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Middle East African Journal of Ophthalmology Middle East African Journal of Ophthalmology
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Year : 2015  |  Volume : 22  |  Issue : 4  |  Page : 508-513

Perception and attitude of a rural community regarding adult blindness in North Central Nigeria

1 Department of Ophthalmology, University of Ilorin Teaching Hospital, Ilorin Kwara State, Nigeria
2 Department of Ophthalmology, University of Ilorin Teaching Hospital and University of Ilorin, Ilorin Kwara State, Nigeria

Correspondence Address:
Victoria A Olatunji
Department of Ophthalmology, University of Ilorin Teaching Hospital, P.M.B. 1515, Ilorin Kwara State
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Source of Support: None, Conflict of Interest: None

DOI: 10.4103/0974-9233.167826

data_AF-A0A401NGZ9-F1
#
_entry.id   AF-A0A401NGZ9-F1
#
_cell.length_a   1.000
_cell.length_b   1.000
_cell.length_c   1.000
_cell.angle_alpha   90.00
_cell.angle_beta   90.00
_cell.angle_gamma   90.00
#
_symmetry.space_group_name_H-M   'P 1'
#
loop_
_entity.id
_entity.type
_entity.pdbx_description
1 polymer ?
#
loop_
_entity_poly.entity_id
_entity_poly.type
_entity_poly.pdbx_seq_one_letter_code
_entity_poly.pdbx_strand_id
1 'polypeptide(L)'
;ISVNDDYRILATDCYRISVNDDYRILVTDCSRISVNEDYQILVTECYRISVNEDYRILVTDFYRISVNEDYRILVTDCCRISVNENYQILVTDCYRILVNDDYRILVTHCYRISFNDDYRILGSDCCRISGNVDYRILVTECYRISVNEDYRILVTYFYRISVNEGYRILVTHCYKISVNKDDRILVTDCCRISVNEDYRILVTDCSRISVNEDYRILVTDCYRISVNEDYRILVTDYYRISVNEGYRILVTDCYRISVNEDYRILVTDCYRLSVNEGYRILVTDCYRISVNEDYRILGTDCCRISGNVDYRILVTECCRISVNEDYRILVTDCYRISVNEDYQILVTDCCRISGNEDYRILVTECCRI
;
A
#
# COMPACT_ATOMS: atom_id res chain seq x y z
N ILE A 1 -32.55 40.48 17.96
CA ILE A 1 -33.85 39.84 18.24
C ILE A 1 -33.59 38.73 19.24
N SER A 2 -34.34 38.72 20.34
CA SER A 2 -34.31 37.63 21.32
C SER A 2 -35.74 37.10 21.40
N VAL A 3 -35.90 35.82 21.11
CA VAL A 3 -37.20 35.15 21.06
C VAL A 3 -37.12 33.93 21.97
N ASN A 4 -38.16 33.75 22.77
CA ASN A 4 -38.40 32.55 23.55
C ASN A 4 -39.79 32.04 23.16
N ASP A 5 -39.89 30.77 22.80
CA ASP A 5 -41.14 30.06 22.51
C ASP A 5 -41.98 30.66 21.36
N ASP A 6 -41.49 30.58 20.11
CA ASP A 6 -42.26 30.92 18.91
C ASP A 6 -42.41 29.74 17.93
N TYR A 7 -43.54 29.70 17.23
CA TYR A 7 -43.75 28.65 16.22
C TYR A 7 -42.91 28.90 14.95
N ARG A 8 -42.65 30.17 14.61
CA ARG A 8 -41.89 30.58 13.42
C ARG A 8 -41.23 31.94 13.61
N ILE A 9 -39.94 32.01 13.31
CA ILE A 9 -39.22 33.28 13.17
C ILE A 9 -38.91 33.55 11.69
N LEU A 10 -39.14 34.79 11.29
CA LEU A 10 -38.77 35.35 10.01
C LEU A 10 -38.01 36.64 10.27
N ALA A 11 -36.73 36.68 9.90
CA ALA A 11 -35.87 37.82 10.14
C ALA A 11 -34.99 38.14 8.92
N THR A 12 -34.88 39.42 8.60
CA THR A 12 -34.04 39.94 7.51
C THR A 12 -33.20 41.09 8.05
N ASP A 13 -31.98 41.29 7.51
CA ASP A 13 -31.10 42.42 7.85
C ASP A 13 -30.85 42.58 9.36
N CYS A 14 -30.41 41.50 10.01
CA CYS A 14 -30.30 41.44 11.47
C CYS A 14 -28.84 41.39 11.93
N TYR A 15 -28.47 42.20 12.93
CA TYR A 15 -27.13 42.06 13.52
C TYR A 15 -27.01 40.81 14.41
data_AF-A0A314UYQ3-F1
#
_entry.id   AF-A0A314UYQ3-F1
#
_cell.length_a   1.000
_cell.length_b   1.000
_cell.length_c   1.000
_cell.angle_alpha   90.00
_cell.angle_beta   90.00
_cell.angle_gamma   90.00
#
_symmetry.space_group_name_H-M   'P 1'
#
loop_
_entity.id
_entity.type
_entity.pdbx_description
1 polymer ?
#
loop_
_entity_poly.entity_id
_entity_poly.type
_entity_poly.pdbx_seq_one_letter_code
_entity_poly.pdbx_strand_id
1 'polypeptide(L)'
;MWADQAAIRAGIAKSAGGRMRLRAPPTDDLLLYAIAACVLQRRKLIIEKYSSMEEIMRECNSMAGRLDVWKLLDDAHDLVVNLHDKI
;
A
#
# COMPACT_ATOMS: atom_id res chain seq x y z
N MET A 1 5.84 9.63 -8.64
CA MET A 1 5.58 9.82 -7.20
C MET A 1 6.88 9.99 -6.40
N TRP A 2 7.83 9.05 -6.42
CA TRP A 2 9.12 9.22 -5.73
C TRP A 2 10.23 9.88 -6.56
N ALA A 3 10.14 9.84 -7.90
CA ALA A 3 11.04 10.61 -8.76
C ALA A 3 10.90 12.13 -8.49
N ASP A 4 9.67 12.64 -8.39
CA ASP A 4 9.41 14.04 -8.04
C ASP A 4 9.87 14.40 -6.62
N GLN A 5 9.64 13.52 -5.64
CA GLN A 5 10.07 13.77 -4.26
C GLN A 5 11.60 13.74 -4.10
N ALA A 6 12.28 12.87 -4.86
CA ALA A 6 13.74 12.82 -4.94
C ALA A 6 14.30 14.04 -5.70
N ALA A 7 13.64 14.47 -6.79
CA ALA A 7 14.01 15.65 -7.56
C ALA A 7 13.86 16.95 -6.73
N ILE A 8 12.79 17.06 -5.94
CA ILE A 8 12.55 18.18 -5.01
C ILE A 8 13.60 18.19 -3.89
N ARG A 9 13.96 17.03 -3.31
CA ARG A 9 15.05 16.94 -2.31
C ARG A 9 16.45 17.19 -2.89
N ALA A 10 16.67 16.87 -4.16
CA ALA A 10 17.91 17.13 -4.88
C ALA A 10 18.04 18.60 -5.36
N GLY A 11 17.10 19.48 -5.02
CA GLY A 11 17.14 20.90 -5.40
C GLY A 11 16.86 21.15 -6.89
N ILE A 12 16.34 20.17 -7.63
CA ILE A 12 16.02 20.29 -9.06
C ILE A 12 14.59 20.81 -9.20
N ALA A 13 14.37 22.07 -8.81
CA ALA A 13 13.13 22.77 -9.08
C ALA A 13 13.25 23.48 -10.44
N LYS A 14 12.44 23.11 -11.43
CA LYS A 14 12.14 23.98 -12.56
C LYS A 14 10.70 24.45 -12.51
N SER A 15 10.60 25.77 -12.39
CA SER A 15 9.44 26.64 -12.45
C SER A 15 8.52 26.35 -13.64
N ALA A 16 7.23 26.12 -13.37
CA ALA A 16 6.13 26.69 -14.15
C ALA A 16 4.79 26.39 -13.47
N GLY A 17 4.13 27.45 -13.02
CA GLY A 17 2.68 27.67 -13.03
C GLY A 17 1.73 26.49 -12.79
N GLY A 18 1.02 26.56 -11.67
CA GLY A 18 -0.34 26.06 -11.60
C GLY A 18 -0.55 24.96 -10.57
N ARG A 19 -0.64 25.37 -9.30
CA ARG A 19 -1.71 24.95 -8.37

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Aim: To determine the perception and attitudes of a rural community regarding the etiology, prevention, and treatment of blindness in adults. Methods: A cross-sectional, descriptive study was performed in a rural community in Kwara State, Nigeria using semi-structured questionnaire. All adults aged 40 years or older who were residents for a minimum of 6 months in the community were included. Data were collected on patient demographics, knowledge, attitude, perception, and use of the eye care facility. Results: A total of 290 participants were interviewed. The male-to-female ratio was 1:2. Consumption of certain types of food was an important cause of blindness as perceived by 57.9% of the respondents, followed by supernatural forces (41.7%) and aging (19%). Sixty percent of respondents thought blindness could be prevented. Age (P = 0.04) and level of education (P =0.003) significantly affected the beliefs on the prevention of blindness. Most respondents (79.3%) preferred orthodox eye care, but only 65% would accept surgical intervention if required. The level of education significantly affected the acceptance of surgery (P = 0.04). Reasons for refusing surgery were, fear (64%), previous poor outcomes in acquaintances (31%), belief that surgery is not required (3%), and cost (2%). About 65% used one form of traditional eye medication or the other. Over half (56.6%) believed that spectacles could cure all causes of blindness. Of those who had ocular complaints, 57.1% used orthodox care without combining with either traditional or spiritual remedies. Conclusion: This rural Nigerian community had some beliefs that were consistent with modern knowledge. However, the overall knowledge, attitude, and perceptions of this community need to be redirected to favor the eradication of avoidable blindness. Although an eye care facility was available, use by the community was suboptimal. Age and the level of education affected their overall perception and attitudes.

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